There may or may not be some ability to negotiate your shift pattern with your employer and you might be able to swap a shift here and there with a colleague.
EMT hours are not very flexible. You are expected to remain at work throughout your shift and may be required to work overtime at any point.
You will usually be allowed to trade shifts when needed. You also should get some type of leave allowance for sick, vacation time off. Again, this varies.
When you are “on call” you must respond to the call and report for duty immediately.
Also read: What Is It Like to Date a Firefighter? What You Should Know
Is Shift Work Dangerous To Your Health?
EMT and Paramedic shifts can be bad for your health, but that will depend on a variety of factors.
The exact understanding of how fatigue impacts on people is still being unearthed but there’s no doubt that going without sleep creates stress on your body and mind and may lead to ill-health.
EMS World has been calling for a re-evaluation of shift patterns in the industry to ensure that EMTs get appropriate levels of rest. They note that in 1910 the average worker got 9 hours of sleep a night and now it’s more like 6.3!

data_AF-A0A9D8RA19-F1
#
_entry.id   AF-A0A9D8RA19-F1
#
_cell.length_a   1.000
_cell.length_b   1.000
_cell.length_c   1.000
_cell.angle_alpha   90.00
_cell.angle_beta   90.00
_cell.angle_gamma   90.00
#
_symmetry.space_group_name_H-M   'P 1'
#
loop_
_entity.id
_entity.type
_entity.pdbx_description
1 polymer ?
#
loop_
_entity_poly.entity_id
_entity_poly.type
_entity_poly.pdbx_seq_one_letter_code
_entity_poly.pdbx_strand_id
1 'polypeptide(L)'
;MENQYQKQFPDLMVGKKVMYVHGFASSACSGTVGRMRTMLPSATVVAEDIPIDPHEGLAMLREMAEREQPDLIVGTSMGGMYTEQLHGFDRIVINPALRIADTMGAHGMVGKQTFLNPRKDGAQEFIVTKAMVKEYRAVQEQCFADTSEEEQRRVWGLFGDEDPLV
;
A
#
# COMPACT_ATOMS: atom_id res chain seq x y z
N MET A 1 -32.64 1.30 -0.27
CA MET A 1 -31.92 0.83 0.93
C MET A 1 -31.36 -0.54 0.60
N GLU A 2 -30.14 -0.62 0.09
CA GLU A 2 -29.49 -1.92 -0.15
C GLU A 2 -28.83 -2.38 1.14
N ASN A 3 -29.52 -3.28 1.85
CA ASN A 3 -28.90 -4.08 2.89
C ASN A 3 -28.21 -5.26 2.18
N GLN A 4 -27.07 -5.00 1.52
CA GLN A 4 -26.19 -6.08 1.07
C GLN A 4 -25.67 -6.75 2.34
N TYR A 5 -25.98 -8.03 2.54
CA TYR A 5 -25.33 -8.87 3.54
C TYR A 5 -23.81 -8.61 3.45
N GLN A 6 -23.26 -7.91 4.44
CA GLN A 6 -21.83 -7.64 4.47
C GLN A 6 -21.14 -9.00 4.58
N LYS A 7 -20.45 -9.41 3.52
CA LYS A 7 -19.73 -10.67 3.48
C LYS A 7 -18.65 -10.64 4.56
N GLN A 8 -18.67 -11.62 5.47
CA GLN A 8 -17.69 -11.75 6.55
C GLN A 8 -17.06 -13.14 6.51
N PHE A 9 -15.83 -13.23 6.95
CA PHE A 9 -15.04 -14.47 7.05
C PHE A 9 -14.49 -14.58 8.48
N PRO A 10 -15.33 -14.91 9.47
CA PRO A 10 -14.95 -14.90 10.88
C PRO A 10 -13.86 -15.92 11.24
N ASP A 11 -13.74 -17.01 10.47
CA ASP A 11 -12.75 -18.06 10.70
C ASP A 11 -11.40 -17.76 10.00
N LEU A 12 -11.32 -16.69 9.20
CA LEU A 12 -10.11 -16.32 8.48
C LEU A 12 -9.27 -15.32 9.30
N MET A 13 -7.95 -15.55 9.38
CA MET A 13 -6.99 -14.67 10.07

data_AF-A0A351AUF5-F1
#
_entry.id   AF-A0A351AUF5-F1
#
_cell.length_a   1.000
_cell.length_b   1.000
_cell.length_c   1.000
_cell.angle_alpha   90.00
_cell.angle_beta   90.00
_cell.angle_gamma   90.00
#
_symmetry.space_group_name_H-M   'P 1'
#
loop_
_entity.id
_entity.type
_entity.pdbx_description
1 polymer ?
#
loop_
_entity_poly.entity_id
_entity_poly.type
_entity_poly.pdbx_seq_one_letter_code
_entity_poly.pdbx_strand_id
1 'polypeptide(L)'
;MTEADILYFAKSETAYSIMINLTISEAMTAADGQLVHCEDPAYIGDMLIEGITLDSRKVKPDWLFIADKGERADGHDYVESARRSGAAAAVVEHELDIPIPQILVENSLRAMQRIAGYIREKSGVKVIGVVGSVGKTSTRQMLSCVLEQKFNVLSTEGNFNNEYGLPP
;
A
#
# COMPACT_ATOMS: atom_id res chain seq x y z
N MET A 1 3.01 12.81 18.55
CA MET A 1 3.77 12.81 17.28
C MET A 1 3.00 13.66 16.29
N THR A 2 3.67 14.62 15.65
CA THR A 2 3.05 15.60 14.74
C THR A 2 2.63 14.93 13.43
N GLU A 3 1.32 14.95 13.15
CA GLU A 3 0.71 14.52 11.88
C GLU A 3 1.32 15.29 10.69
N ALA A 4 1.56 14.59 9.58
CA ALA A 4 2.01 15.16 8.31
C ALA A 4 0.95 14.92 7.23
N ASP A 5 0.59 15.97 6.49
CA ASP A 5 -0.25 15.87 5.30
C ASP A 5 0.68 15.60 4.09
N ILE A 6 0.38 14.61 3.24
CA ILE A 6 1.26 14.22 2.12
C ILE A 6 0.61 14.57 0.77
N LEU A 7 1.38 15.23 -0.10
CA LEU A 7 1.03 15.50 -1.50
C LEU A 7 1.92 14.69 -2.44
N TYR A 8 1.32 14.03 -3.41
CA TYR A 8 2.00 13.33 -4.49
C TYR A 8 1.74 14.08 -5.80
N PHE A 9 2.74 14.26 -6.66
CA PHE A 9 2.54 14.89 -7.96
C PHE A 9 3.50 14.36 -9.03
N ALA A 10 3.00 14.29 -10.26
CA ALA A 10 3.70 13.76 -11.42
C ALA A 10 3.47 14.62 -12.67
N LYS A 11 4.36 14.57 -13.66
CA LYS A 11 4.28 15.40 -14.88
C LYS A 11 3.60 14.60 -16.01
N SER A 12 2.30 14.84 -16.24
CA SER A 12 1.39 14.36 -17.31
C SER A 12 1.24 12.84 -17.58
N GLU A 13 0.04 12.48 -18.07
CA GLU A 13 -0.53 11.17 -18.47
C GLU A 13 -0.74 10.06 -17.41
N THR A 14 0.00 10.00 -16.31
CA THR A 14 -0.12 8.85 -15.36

If you are interested in the details and science of how sleep deprivation and other negatives of shift work can affect your health, read this, this, this, this, and this.
Also read: Is EMT A Dangerous Job? Risks and Challenges
How Many Hours Do You Work a Week/Month?
A Paramedic or EMT will usually work 36 to 56-hours per week, depending on their employer’s staffing needs.
The difference between working 36 hours in a week and 56 (or more with overtime) is pretty big. This really depends on the type of shifts you work and the amount of calls you are running.
This means working between 162 to 252 hours per month.
In reality, it is common for paramedics to work more hours than this and in total, a paramedic works over 2,880 hours a year and then they do overtime on top of that.
As with EMTs, employers expect large amounts of flexibility from paramedics who may be asked to be on call when not working and to extend their shifts at any time.